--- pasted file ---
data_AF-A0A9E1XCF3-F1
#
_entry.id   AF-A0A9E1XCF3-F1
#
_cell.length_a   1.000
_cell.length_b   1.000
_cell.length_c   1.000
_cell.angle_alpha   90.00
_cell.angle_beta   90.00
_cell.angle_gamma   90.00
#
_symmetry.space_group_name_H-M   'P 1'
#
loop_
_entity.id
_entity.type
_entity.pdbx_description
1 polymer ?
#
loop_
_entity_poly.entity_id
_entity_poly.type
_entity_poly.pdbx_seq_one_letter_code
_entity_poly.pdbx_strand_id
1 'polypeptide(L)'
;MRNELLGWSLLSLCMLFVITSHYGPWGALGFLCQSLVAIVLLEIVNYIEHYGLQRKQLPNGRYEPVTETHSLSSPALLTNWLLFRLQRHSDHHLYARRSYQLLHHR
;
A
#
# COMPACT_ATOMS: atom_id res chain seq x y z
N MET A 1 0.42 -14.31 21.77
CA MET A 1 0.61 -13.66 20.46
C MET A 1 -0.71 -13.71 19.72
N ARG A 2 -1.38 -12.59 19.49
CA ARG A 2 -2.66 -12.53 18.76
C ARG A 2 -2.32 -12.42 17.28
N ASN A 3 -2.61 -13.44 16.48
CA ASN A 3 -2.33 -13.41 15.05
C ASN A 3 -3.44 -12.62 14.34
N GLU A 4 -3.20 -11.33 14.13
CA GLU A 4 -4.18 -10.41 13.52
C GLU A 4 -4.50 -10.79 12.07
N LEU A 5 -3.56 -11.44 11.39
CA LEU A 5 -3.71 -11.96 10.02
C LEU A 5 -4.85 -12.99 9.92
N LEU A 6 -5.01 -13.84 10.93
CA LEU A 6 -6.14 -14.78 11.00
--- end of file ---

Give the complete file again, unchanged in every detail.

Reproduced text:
data_AF-A0A9E1XCF3-F1
#
_entry.id   AF-A0A9E1XCF3-F1
#
_cell.length_a   1.000
_cell.length_b   1.000
_cell.length_c   1.000
_cell.angle_alpha   90.00
_cell.angle_beta   90.00
_cell.angle_gamma   90.00
#
_symmetry.space_group_name_H-M   'P 1'
#
loop_
_entity.id
_entity.type
_entity.pdbx_description
1 polymer ?
#
loop_
_entity_poly.entity_id
_entity_poly.type
_entity_poly.pdbx_seq_one_letter_code
_entity_poly.pdbx_strand_id
1 'polypeptide(L)'
;MRNELLGWSLLSLCMLFVITSHYGPWGALGFLCQSLVAIVLLEIVNYIEHYGLQRKQLPNGRYEPVTETHSLSSPALLTNWLLFRLQRHSDHHLYARRSYQLLHHR
;
A
#
# COMPACT_ATOMS: atom_id res chain seq x y z
N MET A 1 0.42 -14.31 21.77
CA MET A 1 0.61 -13.66 20.46
C MET A 1 -0.71 -13.71 19.72
N ARG A 2 -1.38 -12.59 19.49
CA ARG A 2 -2.66 -12.53 18.76
C ARG A 2 -2.32 -12.42 17.28
N ASN A 3 -2.61 -13.44 16.48
CA ASN A 3 -2.33 -13.41 15.05
C ASN A 3 -3.44 -12.62 14.34
N GLU A 4 -3.20 -11.33 14.13
CA GLU A 4 -4.18 -10.41 13.52
C GLU A 4 -4.50 -10.79 12.07
N LEU A 5 -3.56 -11.44 11.39
CA LEU A 5 -3.71 -11.96 10.02
C LEU A 5 -4.85 -12.99 9.92
N LEU A 6 -5.01 -13.84 10.93
CA LEU A 6 -6.14 -14.78 11.00